Congress still has one trump card to play, but does its leadership even know it exists?

Shubham Ghosh
Congress still has one trump card to play, but does its leadership even know it exists?

An average Congress supporter has definitely been left bemoaning the party's failure in forming governments in Goa and Manipur in the latest Assembly elections, despite finishing as the largest party in those two states. The tales in the two small states were really shocking, for they saw the lead the party had gained amid the Narendra Modi super cyclone getting wasted.

The Congress could only win a total of 140 seats in five states while the BJP bagged 405. Of these 140, the tally of 77 in Punjab was of some realistic help as that was the only state where the Grand-Old Party could win power.

And yet, amid all the ruins, there is one silver lining for the Congress, and its top leadership cannot afford to lose sight of that aspect if they harbour an iota of ambition to make a comeback. And that silver lining is the party's vote-share.

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The Congress' vote-share in BJP-dominated states is not too bad

If the results of the elections that have taken place in Gujarat and nationwide after the occurrence of the phenomenon called Narendra Modi are closely analysed, one finds two aspects. The more obvious aspect is the rout of the Congress in terms of seat shares. In states like Gujarat, Rajasthan, Madhya Pradesh, Chhattisgarh, Assam and Maharashtra, the BJP has buried the Congress' chances in terms of seats. There is very little possibility of the latter crossing the majority mark in the Assemblies of these states in the near future. But if one notices the other aspect, which is more implicit as compared to the seats since ours is a first-past-the-post system, the Congress has not done too badly in these states, where the politics is largely bipolar.

Following is the table for the Congress' vote-shares in BJP-dominated states in the last elections:

Congress vote and seat shares in some BJP-dominated states
States (last election) Congress vote-share seat share/total seats BJP vote-share seat share
Gujarat (2012) 38.9 61/182 47.9 115
Rajasthan (2013) 33.7 21/200 46 163
Madhya Pradesh (2013) 37.1 58/230 45.7 165
Chhattisgarh (2013) 41.6 39/90 42.3 49
Maharashtra (2014) 18.1 42/288 28.1 122
Assam (2016) 31.3 26/126 29.8 60
Goa (2017) 28.4 17/40 32.5 13

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This factor proves that the Congress is yet to be completely wiped out from India as many BJP leaders, including the PM, have been aspiring for. The substantial vote-shares suggest that there are still opinions in this country that do not endorse Modi's politics and they need a force which would unite them, just as Mahatma Gandhi did in the past.

Even in the Lok Sabha election three years ago, which was the worst ever for the Congress in terms of seats, it got nearly 20 percent vote share, finishing second after the BJP's 31.3 per cent. The vote-share was the Congress' worst in parliamentary elections so far but yet it proved that the Congress has not lost its national space yet.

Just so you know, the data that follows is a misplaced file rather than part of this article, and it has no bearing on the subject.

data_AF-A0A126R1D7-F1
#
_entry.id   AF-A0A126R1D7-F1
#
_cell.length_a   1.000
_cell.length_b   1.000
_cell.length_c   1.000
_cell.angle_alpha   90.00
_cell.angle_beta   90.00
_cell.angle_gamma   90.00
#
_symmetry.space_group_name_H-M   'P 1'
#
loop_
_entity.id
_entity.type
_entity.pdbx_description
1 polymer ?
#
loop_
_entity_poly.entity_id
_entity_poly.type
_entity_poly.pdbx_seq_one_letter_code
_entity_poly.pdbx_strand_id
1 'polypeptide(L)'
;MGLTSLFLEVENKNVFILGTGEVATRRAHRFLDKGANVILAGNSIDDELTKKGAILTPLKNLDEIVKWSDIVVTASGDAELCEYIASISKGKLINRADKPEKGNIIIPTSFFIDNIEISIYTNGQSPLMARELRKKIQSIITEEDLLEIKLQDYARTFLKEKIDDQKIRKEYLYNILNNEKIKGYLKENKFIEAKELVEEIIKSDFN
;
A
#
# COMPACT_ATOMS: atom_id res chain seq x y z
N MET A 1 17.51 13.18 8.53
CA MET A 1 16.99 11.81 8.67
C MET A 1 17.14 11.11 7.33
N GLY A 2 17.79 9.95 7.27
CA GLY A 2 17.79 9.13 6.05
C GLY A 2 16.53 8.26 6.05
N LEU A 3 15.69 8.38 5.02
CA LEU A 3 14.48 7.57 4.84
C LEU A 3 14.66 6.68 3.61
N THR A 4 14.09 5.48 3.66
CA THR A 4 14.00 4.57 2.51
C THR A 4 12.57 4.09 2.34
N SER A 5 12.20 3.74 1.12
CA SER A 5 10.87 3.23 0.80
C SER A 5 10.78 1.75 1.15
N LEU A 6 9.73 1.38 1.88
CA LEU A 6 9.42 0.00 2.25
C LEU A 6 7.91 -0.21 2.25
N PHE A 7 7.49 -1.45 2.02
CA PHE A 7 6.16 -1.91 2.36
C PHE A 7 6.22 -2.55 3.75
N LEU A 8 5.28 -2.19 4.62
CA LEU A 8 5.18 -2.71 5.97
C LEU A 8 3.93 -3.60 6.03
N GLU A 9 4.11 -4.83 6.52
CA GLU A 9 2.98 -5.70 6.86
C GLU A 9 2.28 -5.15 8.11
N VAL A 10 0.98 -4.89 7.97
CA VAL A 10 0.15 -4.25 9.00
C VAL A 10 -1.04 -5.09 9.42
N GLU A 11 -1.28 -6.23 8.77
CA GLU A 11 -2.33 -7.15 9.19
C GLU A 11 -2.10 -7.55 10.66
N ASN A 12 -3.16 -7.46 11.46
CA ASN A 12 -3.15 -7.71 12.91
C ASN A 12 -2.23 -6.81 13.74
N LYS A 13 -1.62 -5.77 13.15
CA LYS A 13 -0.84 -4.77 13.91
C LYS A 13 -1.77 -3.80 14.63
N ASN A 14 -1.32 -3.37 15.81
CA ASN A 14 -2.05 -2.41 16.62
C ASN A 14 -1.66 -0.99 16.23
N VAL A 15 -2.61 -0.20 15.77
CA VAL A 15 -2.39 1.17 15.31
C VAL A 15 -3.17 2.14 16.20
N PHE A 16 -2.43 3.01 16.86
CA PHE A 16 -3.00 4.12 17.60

But to transform those vote-shares into seats, the Congress has to reconnect to the ground

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For that to happen, however, the Congress' leadership needs to reach out to the grassroots to understand the pulse of the voters who are looking for an alternative national forum. These voters are gradually turning towards regional outfits, finding the Congress unreliable. And this anti-Congress sentiment will only get bolstered by events that took place in Goa and Manipur. The Congress' last realistic hope is its vote-share but it needs to play a proactive role in strengthening and transforming it into seats. Unfortunately, the party has no charismatic leader to do that job.

Uttar Pradesh is one state where the party has seen the ominous signs of both its seat and vote-shares plummeting over the years. From 309 seats and 37.7 percent vote-share in the Assembly elections of 1980, the Congress' corresponding figures in 2017 have come down to a mere seven and 6.2 percent. This has happened because the Congress has failed to address its still hopeful vote-share. The same would be repeated in other states if the party is not alert enough to protect its final asset left in the political arena.

Congress seat and vote-shares in UP Assembly elections since 1980
Year 1980 '85 '89 '91 '93 '96 2002 2007 2012 2017
Congress 309 (37.7) 269 (39.2) 94 (27.9) 46 (17.3) 28 (15.1) 33 (8.3) 25 (9) 22 (8.6) 28 (11.6) 07 (6.2)

There are scores of issues in India that have still not benefited from the Modi magic. The Congress can capitalise on that opportunity. But does it have the will?

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